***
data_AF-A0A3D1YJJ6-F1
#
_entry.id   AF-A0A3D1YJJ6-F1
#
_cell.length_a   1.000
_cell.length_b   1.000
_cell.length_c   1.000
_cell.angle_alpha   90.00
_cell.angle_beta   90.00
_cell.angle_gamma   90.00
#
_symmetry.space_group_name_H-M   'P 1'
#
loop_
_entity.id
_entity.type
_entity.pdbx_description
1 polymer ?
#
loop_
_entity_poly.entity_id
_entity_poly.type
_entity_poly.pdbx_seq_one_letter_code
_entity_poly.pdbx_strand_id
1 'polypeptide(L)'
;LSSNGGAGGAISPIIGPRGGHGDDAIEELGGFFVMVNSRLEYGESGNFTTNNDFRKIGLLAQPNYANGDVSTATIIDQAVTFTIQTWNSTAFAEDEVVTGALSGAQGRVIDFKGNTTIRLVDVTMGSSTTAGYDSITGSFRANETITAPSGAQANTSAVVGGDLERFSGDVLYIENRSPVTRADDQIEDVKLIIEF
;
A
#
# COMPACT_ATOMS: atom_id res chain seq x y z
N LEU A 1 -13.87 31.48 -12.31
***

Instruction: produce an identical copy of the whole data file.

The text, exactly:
data_AF-A0A3D1YJJ6-F1
#
_entry.id   AF-A0A3D1YJJ6-F1
#
_cell.length_a   1.000
_cell.length_b   1.000
_cell.length_c   1.000
_cell.angle_alpha   90.00
_cell.angle_beta   90.00
_cell.angle_gamma   90.00
#
_symmetry.space_group_name_H-M   'P 1'
#
loop_
_entity.id
_entity.type
_entity.pdbx_description
1 polymer ?
#
loop_
_entity_poly.entity_id
_entity_poly.type
_entity_poly.pdbx_seq_one_letter_code
_entity_poly.pdbx_strand_id
1 'polypeptide(L)'
;LSSNGGAGGAISPIIGPRGGHGDDAIEELGGFFVMVNSRLEYGESGNFTTNNDFRKIGLLAQPNYANGDVSTATIIDQAVTFTIQTWNSTAFAEDEVVTGALSGAQGRVIDFKGNTTIRLVDVTMGSSTTAGYDSITGSFRANETITAPSGAQANTSAVVGGDLERFSGDVLYIENRSPVTRADDQIEDVKLIIEF
;
A
#
# COMPACT_ATOMS: atom_id res chain seq x y z
N LEU A 1 -13.87 31.48 -12.31